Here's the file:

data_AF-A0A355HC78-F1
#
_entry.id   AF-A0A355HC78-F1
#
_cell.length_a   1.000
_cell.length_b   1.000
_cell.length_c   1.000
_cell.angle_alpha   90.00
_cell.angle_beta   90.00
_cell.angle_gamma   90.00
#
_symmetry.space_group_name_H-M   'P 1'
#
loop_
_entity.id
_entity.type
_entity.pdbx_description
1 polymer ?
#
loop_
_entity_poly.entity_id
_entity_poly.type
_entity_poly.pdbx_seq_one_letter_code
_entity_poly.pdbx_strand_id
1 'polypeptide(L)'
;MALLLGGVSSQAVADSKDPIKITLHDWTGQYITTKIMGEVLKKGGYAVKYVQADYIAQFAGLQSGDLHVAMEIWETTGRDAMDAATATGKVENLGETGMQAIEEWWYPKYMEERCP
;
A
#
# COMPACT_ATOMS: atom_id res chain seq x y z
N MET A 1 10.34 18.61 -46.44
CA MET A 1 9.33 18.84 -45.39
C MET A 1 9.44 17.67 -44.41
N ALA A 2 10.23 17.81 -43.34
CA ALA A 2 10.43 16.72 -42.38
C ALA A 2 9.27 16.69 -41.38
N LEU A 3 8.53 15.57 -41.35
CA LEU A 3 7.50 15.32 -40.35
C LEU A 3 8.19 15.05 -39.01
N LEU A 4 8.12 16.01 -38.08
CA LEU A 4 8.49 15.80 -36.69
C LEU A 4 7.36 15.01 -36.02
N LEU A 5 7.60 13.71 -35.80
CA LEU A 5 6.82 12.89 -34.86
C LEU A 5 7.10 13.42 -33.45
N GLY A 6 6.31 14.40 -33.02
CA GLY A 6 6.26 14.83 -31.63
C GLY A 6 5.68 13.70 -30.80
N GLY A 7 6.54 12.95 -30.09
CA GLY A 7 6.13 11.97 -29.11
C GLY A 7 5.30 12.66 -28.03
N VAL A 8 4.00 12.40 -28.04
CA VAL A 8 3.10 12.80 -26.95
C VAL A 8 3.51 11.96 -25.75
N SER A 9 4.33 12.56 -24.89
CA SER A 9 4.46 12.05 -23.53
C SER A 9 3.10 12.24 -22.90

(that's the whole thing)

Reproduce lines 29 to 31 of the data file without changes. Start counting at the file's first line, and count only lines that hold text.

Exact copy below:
#
# COMPACT_ATOMS: atom_id res chain seq x y z
N MET A 1 10.34 18.61 -46.44